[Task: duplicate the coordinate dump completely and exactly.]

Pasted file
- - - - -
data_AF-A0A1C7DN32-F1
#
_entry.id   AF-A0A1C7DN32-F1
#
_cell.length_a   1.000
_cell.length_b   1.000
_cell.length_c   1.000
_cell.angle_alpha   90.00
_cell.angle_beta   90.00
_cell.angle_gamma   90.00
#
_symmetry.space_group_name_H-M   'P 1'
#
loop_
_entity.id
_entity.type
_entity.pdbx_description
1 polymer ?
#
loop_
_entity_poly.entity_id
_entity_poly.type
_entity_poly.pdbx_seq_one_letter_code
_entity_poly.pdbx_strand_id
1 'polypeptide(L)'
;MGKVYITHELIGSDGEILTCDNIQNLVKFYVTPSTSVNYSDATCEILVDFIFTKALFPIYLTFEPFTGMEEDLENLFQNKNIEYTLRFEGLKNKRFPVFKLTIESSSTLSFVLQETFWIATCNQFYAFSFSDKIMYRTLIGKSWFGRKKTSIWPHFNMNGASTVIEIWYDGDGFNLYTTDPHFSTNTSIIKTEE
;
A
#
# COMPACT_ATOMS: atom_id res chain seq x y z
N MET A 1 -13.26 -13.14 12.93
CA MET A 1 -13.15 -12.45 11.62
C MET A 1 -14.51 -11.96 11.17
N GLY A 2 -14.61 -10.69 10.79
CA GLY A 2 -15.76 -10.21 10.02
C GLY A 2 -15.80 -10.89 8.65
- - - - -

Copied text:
data_AF-A0A1C7DN32-F1
#
_entry.id   AF-A0A1C7DN32-F1
#
_cell.length_a   1.000
_cell.length_b   1.000
_cell.length_c   1.000
_cell.angle_alpha   90.00
_cell.angle_beta   90.00
_cell.angle_gamma   90.00
#
_symmetry.space_group_name_H-M   'P 1'
#
loop_
_entity.id
_entity.type
_entity.pdbx_description
1 polymer ?
#
loop_
_entity_poly.entity_id
_entity_poly.type
_entity_poly.pdbx_seq_one_letter_code
_entity_poly.pdbx_strand_id
1 'polypeptide(L)'
;MGKVYITHELIGSDGEILTCDNIQNLVKFYVTPSTSVNYSDATCEILVDFIFTKALFPIYLTFEPFTGMEEDLENLFQNKNIEYTLRFEGLKNKRFPVFKLTIESSSTLSFVLQETFWIATCNQFYAFSFSDKIMYRTLIGKSWFGRKKTSIWPHFNMNGASTVIEIWYDGDGFNLYTTDPHFSTNTSIIKTEE
;
A
#
# COMPACT_ATOMS: atom_id res chain seq x y z
N MET A 1 -13.26 -13.14 12.93
CA MET A 1 -13.15 -12.45 11.62
C MET A 1 -14.51 -11.96 11.17
N GLY A 2 -14.61 -10.69 10.79
CA GLY A 2 -15.76 -10.21 10.02
C GLY A 2 -15.80 -10.89 8.65